Moving beyond data breach prevention

April 2015  |  SPOTLIGHT  |  RISK MANAGEMENT

Financier Worldwide Magazine

April 2015 Issue

April 2015 Issue


It is now a common refrain that data breaches are inevitable. Indeed, most companies, non-profits, and governments today understand that it is only a question of when, not if, they will be struck. That unfortunate reality means that an effective approach to cyber security cannot focus solely on prevention. To be prepared, organisations must assume that data breaches are a certainty, and must not only mitigate risks, but also devise methods to contain the damage once breaches take place.

This problem is complicated by the evolving nature of data breaches. The kind of breach that affected retailers such as Target, Home Depot and Neiman-Marcus is well understood: hackers, motivated chiefly by money, break into corporate networks, steal data such as credit card numbers, and then attempt to sell that data on the black market. The 2014 cyber attack on Sony Pictures Entertainment revealed a new kind of threat, data breaches aimed at private  entities that are motivated by ideology. This category of breach is distinct from breaches aimed at private entities motivated by financial gain, as well as ideologically-motivated breaches that previously had been directed almost exclusively at governments. Today, individuals and organisations around the world fear that their most sensitive data will be released to the public by hackers who disagree with their work, beliefs or speech. This new form of hacking is designed to intimidate its victims by threatening to take what is confidential and make it public. To be successful, the criminals who perpetrate such attacks rely upon the assistance of third parties in order to disseminate the information that they have stolen.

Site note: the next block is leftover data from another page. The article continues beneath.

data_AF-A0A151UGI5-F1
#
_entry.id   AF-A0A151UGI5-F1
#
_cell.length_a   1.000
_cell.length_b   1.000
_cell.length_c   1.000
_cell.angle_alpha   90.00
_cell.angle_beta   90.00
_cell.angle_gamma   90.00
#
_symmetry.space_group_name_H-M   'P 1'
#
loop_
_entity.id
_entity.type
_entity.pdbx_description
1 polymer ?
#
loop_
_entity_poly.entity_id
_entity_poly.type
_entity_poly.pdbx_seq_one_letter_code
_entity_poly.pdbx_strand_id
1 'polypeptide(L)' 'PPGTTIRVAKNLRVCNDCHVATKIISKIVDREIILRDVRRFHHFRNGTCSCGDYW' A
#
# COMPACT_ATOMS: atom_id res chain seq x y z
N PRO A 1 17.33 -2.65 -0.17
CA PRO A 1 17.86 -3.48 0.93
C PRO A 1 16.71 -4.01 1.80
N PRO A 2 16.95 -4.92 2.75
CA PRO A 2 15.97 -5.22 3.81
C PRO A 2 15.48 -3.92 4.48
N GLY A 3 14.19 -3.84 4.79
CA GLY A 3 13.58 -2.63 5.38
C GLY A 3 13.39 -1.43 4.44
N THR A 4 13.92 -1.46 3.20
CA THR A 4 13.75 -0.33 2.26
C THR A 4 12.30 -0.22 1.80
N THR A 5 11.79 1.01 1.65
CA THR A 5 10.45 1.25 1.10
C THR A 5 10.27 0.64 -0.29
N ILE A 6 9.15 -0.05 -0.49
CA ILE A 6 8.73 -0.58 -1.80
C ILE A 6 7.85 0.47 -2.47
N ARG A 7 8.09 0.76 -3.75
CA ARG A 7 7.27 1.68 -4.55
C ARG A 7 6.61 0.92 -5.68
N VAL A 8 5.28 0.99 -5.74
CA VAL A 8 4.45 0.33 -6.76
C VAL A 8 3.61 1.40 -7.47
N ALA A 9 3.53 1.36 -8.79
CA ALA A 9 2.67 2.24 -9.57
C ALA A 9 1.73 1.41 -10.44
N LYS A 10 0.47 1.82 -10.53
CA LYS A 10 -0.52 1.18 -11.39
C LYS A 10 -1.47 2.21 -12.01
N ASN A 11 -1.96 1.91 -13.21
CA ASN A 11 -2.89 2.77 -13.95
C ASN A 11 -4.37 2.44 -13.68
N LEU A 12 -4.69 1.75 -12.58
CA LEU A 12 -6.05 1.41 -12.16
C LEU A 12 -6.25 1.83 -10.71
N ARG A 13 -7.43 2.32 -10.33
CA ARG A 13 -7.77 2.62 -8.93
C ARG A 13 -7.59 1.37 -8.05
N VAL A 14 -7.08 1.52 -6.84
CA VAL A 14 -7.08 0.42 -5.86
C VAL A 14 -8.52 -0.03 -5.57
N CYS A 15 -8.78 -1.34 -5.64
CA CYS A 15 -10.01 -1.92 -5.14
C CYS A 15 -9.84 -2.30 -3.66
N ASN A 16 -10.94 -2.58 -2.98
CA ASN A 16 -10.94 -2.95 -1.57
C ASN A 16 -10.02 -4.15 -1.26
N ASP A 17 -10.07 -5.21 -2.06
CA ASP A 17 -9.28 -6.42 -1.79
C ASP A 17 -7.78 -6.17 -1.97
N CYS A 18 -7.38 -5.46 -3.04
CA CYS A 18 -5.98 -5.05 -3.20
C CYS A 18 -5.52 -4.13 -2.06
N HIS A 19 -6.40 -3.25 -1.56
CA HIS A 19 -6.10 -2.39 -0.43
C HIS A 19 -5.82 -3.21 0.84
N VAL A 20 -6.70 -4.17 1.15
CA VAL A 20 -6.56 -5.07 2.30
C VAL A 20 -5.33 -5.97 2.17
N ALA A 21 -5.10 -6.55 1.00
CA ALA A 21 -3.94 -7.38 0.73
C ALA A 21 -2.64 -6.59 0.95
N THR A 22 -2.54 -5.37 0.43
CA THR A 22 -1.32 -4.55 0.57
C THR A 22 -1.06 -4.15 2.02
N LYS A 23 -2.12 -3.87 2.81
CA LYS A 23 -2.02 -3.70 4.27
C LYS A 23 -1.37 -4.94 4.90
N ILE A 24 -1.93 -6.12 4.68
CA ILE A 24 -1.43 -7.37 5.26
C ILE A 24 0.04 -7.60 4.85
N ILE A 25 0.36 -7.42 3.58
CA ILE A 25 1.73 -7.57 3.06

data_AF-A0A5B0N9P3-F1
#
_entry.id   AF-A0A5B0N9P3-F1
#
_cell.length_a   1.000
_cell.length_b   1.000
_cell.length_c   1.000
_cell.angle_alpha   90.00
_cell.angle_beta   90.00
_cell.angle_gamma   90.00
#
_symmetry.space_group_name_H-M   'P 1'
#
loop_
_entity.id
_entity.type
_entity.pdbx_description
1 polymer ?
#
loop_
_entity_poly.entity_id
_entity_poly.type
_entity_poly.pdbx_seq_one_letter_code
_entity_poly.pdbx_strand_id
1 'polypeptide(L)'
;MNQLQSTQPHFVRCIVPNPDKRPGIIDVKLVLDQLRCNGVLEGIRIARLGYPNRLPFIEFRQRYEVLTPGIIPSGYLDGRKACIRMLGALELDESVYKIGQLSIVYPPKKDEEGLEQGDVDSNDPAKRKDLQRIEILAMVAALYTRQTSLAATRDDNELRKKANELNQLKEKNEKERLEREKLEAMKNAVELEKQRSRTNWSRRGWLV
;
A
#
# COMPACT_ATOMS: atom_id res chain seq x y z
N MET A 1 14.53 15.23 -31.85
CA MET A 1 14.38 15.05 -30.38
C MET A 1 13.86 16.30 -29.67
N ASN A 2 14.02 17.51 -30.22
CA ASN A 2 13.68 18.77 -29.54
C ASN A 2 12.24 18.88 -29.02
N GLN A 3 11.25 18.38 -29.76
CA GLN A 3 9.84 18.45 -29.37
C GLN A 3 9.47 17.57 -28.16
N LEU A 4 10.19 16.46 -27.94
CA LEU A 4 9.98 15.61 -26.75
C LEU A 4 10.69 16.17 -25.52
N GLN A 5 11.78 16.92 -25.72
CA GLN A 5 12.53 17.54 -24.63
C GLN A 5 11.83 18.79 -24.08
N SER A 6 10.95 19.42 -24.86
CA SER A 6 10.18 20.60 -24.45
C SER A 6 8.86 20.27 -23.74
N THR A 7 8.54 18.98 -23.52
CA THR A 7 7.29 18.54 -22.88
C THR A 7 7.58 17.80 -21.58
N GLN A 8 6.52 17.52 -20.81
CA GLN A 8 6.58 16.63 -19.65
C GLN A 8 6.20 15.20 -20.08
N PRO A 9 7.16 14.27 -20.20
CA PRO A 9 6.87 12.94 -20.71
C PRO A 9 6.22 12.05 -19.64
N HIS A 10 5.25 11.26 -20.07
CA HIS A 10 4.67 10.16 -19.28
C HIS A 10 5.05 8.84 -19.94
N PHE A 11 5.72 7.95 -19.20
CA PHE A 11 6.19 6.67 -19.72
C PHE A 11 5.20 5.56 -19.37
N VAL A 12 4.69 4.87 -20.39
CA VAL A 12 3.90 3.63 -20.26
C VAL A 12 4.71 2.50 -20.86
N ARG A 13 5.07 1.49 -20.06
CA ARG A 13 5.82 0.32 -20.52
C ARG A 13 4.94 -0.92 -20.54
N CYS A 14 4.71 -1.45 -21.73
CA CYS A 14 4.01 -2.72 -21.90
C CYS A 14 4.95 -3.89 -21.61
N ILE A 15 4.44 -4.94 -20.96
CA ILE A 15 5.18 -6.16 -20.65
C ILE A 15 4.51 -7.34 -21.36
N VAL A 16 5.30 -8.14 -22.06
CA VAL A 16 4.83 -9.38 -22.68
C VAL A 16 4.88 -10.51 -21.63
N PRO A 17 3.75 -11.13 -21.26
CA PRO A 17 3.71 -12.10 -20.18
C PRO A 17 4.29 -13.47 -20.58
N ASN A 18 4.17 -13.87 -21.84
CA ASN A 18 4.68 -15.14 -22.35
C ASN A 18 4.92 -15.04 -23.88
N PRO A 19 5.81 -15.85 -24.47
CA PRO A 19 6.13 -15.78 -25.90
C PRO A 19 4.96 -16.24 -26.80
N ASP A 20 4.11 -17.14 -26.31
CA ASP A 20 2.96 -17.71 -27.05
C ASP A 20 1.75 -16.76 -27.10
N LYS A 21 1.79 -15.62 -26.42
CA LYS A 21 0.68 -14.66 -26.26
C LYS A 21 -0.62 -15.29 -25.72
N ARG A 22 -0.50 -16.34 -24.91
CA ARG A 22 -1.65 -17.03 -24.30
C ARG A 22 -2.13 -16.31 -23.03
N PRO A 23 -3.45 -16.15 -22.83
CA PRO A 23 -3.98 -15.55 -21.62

Preparing to face this kind of threat requires a new approach. Financially-motivated data breaches have tended to target information that can be easily valued and marketed – think of trade secrets, intellectual property or personally-identifying information. Now companies must confront the prospect of having the email inboxes of their executives, board members or employees exposed and released, in whole or in part, on file sharing services, Twitter accounts or the front pages of newspapers. And this reality must be confronted not just in one country, but globally, as both hackers and the data disseminators that aid their objectives often operate covertly, or in jurisdictions that have weak law enforcement capabilities.

Data breaches of the type described above will immediately be followed by an open season on the victim’s most sensitive information. To be successful, an organisation’s response will require decisions to be made within days, if not hours, of the intrusion. And those decisions will have to be made while the organisation is facing immense pressure from the media, regulators, competitors, employees and shareholders. As a result, an organisation’s plan must anticipate not just how it will respond to inquiries from regulators, customers and employees, but also what affirmative steps the organisation may need to take to limit the spread of stolen data.